Rolling Stone's 500 Greatest Albums

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65 reviews
This podcast has
23 episodes
Date created
Last published
Average duration
36 min.
Release period
8 days


The stories behind some of the most essential albums of all time, told by the artists who made them and Rolling Stone’s writers and editors. Each episode focuses on one album from the brand-new, updated version of Rolling Stone’s 500 Greatest Albums list, featuring fresh conversations with the people who made the music, classic interview audio and expert commentary. Episodes include the late Tom Petty on his solo classic Wildflowers, Taylor Swift talking about her career-changing 2012 album Red, and Public Enemy breaking down their political masterpiece It Takes a Nation of Millions to Hold Us Back. Listen to songs featured on the podcast and more hits from the Rolling Stone 500 Greatest Albums list here. Now we’re back with Season Two. Across 10 episodes, you’ll hear Dolly Parton tell the stories behind the songs on her 1971 solo breakthrough Coat of Many Colors; Paul McCartney and Ringo Starr delve into the making of the Beatles’ troubled final album, Let It Be; Britney Spears’ collaborators explain how she made 2007’s Blackout in the eye of a paparazzi hurricane; friends and relatives of Alice Coltrane look back at how she overcame tragedy to create her masterpiece Journey in Satchidananda; Rivers Cuomo and his bandmates reflect on the unlikely birth of Weezer’s Blue Album; and much more. Rolling Stone’s 500 Greatest Albums is hosted by Senior Writer Brittany Spanos.

Podcast episodes

Check latest episodes from Rolling Stone's 500 Greatest Albums podcast

Yusuf/ Cat Stevens' "Tea for the Tillerman"
In the latest episode Rolling Stone's 500 Greatest Albums, Yusuf reflects on his masterpiece "Tea for the Tillerman," and discusses his decision to re-record it last year.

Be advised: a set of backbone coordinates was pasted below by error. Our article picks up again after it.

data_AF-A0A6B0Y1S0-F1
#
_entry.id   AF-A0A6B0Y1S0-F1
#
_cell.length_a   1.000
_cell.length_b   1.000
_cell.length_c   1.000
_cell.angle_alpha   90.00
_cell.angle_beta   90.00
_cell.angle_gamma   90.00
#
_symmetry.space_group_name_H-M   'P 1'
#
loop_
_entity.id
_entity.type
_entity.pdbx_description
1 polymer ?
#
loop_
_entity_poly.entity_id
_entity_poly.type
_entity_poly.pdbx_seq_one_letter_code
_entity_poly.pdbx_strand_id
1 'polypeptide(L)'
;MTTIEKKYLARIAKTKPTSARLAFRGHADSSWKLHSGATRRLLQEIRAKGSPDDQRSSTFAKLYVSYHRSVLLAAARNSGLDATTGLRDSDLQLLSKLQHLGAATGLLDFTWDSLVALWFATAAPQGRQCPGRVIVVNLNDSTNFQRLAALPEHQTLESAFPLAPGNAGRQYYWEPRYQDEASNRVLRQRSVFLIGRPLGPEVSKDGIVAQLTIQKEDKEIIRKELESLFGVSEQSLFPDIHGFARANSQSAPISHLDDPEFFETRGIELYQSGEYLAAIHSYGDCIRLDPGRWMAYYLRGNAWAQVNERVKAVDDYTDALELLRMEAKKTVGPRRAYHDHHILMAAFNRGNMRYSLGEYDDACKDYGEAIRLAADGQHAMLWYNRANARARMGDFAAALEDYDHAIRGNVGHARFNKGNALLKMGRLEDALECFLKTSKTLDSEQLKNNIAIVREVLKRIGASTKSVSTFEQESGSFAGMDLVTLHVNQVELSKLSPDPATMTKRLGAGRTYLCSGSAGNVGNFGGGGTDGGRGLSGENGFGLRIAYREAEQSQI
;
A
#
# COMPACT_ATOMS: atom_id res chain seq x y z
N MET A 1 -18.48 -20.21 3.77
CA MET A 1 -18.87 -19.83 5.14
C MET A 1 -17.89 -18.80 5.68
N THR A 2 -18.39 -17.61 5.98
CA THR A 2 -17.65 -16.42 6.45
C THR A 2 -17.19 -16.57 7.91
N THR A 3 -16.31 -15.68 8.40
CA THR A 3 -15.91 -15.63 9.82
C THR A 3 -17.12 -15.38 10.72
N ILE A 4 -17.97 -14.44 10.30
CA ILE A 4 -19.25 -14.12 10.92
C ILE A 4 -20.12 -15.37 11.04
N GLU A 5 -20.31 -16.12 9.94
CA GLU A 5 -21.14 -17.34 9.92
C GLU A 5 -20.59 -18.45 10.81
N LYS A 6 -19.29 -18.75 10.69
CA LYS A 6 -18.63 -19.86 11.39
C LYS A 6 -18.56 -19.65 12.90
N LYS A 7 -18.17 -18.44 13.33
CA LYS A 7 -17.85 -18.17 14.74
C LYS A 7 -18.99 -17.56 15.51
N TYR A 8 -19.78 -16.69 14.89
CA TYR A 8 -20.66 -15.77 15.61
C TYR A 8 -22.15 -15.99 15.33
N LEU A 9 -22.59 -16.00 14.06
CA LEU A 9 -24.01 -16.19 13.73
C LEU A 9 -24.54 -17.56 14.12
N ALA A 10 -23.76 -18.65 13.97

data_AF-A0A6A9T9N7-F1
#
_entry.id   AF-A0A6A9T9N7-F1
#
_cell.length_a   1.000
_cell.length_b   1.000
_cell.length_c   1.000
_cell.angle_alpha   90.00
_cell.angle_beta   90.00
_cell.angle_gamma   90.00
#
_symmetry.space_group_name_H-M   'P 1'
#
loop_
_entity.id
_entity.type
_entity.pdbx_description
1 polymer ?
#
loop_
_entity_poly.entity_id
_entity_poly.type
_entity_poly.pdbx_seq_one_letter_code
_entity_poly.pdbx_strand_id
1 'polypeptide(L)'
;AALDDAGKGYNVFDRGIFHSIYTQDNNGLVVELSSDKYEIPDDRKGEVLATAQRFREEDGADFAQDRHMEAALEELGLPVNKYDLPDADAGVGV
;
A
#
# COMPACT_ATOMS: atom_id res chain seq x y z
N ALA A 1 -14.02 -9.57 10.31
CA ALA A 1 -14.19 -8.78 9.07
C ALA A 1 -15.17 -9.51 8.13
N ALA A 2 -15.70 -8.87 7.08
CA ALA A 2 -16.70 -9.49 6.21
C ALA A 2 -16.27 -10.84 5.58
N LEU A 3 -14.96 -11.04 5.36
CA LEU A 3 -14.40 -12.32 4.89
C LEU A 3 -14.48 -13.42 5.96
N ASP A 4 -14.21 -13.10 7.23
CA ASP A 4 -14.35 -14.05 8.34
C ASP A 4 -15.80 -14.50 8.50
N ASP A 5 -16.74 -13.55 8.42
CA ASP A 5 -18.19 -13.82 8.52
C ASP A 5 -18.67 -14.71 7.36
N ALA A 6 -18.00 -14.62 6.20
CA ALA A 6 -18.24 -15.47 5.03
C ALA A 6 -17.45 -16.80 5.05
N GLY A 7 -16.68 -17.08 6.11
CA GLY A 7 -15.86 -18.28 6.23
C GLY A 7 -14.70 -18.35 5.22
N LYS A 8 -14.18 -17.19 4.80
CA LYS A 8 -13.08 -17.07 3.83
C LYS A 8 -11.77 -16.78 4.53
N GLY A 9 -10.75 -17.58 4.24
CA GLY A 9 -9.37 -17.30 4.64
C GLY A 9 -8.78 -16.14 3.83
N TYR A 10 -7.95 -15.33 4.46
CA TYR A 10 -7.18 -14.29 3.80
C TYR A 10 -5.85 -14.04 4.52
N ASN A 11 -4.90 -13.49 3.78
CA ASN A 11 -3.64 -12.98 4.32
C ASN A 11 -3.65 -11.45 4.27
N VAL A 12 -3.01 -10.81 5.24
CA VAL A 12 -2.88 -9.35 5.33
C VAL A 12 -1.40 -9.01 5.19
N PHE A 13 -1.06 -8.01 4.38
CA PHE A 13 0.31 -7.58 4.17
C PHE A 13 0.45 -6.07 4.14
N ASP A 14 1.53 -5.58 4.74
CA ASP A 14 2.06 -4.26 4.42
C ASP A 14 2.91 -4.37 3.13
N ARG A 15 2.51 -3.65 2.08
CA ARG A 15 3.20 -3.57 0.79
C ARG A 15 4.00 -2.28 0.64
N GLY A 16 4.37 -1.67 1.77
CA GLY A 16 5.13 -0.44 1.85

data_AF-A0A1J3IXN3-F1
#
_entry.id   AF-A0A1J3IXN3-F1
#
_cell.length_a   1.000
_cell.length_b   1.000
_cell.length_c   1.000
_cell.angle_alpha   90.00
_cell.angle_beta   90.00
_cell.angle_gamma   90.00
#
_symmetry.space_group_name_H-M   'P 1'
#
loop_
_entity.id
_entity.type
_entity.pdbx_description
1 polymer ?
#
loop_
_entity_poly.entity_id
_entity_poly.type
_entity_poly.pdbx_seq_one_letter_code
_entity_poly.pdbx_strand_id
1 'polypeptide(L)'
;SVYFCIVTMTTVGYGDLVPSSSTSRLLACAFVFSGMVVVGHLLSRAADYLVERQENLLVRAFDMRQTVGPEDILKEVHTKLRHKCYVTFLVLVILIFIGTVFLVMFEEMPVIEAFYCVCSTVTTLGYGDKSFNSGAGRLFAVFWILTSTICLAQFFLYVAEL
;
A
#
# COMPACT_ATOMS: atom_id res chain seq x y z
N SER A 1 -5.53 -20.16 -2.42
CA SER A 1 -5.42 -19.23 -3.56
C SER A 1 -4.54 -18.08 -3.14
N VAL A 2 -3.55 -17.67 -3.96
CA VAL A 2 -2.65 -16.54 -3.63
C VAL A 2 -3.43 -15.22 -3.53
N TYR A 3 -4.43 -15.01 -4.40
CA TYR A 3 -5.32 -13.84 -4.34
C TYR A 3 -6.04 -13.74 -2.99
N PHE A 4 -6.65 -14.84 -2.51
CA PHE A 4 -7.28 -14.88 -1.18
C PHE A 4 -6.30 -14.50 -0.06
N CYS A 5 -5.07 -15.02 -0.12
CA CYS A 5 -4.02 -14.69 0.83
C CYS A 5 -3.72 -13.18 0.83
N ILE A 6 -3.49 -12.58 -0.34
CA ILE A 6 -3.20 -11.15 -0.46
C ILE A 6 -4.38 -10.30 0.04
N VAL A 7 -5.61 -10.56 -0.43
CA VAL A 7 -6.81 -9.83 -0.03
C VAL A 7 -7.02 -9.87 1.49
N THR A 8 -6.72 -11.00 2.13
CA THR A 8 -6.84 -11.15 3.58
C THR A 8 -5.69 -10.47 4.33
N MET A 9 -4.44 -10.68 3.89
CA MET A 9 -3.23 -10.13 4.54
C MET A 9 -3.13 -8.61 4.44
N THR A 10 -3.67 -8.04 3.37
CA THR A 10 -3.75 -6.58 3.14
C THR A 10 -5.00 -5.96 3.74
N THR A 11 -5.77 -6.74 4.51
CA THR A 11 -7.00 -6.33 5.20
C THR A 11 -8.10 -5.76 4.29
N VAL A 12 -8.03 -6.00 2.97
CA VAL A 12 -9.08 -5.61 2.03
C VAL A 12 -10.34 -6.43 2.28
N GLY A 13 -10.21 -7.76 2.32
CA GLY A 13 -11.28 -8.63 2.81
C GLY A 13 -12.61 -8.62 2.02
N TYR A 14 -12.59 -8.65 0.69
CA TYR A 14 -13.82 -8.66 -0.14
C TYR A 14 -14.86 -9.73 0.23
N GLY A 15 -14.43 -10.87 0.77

Missy Elliott's "Supa Dupa Fly"
In this week's episode of Rolling Stone's 500 Greatest Albums, Missy Elliott explains the making of her hit album "Supa Dupa Fly" with Tim "Timbaland" Mosley. Missy and Timbaland met as teenagers in Virginia and soon found they were musical soulmates. As they explain to Rolling Stone's Rob Sheffield in the episode, that friendship translated into some of the most lasting and adventurous music to come out of the Nineties.
Phil Spector's "A Christmas Gift for You From Phil Spector", ft. Darlene Love
In this special holiday episode of Rolling Stone’s 500 Greatest Albums, our new podcast on Amazon Music, we delve into 1963's "A Christmas Gift for You From Phil Spector", an album that changed the way we look at holiday music. In 2019, Rolling Stone named it the best Christmas album of all time.
Lucinda Williams' "Car Wheels on a Gravel Road"
In the newest episode of Rolling Stone's 500 Greatest Albums, we dive into Lucinda Williams' 1998 masterpiece "Car Wheels on a Gravel Road," an album that helped define modern roots music and got Williams' long-overdue recognition as one of America's greatest songwriters.
Public Enemy’s "It Takes a Nation of Millions to Hold Us Back"